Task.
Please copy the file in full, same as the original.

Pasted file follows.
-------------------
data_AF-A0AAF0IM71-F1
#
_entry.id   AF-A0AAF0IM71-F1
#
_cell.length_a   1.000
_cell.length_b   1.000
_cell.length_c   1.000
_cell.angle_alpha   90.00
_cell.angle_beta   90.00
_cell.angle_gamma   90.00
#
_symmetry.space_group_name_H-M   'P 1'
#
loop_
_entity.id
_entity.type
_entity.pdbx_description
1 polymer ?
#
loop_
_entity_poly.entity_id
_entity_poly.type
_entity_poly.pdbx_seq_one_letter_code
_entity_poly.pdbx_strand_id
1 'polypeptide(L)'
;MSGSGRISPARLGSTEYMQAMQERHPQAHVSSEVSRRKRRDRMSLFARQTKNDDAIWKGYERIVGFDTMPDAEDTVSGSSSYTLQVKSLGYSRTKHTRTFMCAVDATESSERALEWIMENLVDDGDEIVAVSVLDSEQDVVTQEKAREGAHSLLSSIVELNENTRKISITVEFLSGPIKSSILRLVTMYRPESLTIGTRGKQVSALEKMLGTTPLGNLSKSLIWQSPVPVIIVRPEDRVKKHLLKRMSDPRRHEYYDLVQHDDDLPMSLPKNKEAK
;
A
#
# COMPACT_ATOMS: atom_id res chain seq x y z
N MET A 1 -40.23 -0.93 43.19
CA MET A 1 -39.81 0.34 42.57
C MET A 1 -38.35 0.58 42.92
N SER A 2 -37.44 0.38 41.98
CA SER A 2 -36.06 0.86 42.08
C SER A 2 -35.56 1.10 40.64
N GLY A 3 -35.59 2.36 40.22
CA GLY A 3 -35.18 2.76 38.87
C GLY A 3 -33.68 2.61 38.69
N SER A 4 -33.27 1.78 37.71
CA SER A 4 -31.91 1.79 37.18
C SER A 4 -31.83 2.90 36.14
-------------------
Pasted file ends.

data_AF-A0AAF0IM71-F1
#
_entry.id   AF-A0AAF0IM71-F1
#
_cell.length_a   1.000
_cell.length_b   1.000
_cell.length_c   1.000
_cell.angle_alpha   90.00
_cell.angle_beta   90.00
_cell.angle_gamma   90.00
#
_symmetry.space_group_name_H-M   'P 1'
#
loop_
_entity.id
_entity.type
_entity.pdbx_description
1 polymer ?
#
loop_
_entity_poly.entity_id
_entity_poly.type
_entity_poly.pdbx_seq_one_letter_code
_entity_poly.pdbx_strand_id
1 'polypeptide(L)'
;MSGSGRISPARLGSTEYMQAMQERHPQAHVSSEVSRRKRRDRMSLFARQTKNDDAIWKGYERIVGFDTMPDAEDTVSGSSSYTLQVKSLGYSRTKHTRTFMCAVDATESSERALEWIMENLVDDGDEIVAVSVLDSEQDVVTQEKAREGAHSLLSSIVELNENTRKISITVEFLSGPIKSSILRLVTMYRPESLTIGTRGKQVSALEKMLGTTPLGNLSKSLIWQSPVPVIIVRPEDRVKKHLLKRMSDPRRHEYYDLVQHDDDLPMSLPKNKEAK
;
A
#
# COMPACT_ATOMS: atom_id res chain seq x y z
N MET A 1 -40.23 -0.93 43.19
CA MET A 1 -39.81 0.34 42.57
C MET A 1 -38.35 0.58 42.92
N SER A 2 -37.44 0.38 41.98
CA SER A 2 -36.06 0.86 42.08
C SER A 2 -35.56 1.10 40.64
N GLY A 3 -35.59 2.36 40.22
CA GLY A 3 -35.18 2.76 38.87
C GLY A 3 -33.68 2.61 38.69
N SER A 4 -33.27 1.78 37.71
CA SER A 4 -31.91 1.79 37.18
C SER A 4 -31.83 2.90 36.14